Attention-Deficit/Hyperactivity Disorder: Biological Factors

Attention-deficit/hyperactivity disorder (ADHD), a prevalent and impairing condition located in the category of Neurodevelopmental Disorders in the fifth edition of the American Psychiatric Association’s Diagnostic and Statistical Manual of Mental Disorders (DSM-5), is defined by developmentally extreme and significantly impairing levels of inattentive behavior and/or hyperactive-impulsive behavior patterns. These behavioral dimensions exhibit substantial genetic liability; additional roots include early-appearing biological risk factors (e.g., low birth weight, maternal substance use during pregnancy, exposure to environmental toxins, temperamental tendencies). Yet the course of ADHD is shaped by contextual influences such as parenting practices and schooling; the interplay between underlying biological vulnerability and environmental processes is highly predictive of outcome. This entry provides a summary of genetic liability, neurobiological risk factors, neural underpinnings, and the interplay between such ...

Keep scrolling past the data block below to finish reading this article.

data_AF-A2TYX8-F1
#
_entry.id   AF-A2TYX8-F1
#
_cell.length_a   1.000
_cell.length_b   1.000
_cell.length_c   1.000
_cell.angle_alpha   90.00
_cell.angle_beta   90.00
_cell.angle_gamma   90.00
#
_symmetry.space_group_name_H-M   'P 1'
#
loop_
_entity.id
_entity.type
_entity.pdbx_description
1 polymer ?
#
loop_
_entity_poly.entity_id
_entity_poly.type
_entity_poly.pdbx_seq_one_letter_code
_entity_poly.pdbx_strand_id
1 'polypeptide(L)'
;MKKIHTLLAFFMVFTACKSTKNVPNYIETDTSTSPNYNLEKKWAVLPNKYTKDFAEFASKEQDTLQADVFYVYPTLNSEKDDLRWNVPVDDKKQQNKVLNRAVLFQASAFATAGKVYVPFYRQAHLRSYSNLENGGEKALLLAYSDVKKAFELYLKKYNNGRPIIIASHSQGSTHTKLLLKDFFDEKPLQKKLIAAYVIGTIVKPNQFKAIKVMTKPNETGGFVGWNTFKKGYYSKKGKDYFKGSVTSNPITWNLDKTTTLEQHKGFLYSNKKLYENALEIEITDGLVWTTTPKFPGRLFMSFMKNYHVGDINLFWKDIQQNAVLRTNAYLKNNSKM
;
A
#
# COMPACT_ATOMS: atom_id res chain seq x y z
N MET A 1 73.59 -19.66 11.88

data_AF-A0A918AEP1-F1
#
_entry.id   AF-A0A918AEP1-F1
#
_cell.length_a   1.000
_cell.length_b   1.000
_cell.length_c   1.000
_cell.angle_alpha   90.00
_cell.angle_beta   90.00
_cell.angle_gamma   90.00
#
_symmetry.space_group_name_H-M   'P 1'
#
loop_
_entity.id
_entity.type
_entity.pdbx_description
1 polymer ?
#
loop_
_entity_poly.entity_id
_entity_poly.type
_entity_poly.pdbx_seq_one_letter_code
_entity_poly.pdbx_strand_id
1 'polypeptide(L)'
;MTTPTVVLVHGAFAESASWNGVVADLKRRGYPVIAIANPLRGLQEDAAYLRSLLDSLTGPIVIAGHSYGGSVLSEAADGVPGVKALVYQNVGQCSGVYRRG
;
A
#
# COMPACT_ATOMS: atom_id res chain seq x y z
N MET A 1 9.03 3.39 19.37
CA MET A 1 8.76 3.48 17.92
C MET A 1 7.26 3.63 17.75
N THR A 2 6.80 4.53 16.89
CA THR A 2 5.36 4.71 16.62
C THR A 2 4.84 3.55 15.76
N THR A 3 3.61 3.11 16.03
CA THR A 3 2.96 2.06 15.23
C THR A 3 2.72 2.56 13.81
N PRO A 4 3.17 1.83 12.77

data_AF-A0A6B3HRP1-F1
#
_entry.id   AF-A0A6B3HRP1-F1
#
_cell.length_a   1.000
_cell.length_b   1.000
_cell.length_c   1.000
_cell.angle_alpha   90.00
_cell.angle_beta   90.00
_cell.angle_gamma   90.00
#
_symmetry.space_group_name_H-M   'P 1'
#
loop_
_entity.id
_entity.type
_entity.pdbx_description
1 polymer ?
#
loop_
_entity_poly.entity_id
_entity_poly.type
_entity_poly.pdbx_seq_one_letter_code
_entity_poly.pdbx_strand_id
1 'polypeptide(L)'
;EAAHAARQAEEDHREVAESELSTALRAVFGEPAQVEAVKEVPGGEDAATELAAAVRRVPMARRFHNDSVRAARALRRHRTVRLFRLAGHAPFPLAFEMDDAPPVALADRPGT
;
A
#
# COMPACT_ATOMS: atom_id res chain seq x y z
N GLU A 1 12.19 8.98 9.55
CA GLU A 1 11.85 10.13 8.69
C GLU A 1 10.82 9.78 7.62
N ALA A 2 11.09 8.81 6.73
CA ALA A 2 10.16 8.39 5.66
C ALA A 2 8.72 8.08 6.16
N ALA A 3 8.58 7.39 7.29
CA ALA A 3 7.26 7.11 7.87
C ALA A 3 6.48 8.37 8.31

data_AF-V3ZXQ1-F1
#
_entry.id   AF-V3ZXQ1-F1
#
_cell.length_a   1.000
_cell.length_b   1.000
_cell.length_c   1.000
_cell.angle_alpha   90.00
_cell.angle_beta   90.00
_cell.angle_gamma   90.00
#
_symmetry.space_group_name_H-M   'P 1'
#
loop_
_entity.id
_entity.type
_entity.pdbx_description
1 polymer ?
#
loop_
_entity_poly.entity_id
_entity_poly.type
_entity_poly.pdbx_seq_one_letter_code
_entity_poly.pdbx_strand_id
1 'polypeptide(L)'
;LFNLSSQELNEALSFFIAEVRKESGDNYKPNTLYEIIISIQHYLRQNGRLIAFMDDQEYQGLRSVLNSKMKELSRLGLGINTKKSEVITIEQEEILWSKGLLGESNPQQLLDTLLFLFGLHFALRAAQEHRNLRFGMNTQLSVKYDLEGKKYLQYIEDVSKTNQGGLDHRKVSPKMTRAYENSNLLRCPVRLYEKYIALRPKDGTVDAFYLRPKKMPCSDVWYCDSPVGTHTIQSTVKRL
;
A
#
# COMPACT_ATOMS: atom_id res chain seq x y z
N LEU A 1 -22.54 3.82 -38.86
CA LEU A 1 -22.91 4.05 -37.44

• Loading...
locked icon

Sign in to access this content

Get a 30 day FREE TRIAL

  • Watch videos from a variety of sources bringing classroom topics to life
  • Read modern, diverse business cases
  • Explore hundreds of books and reference titles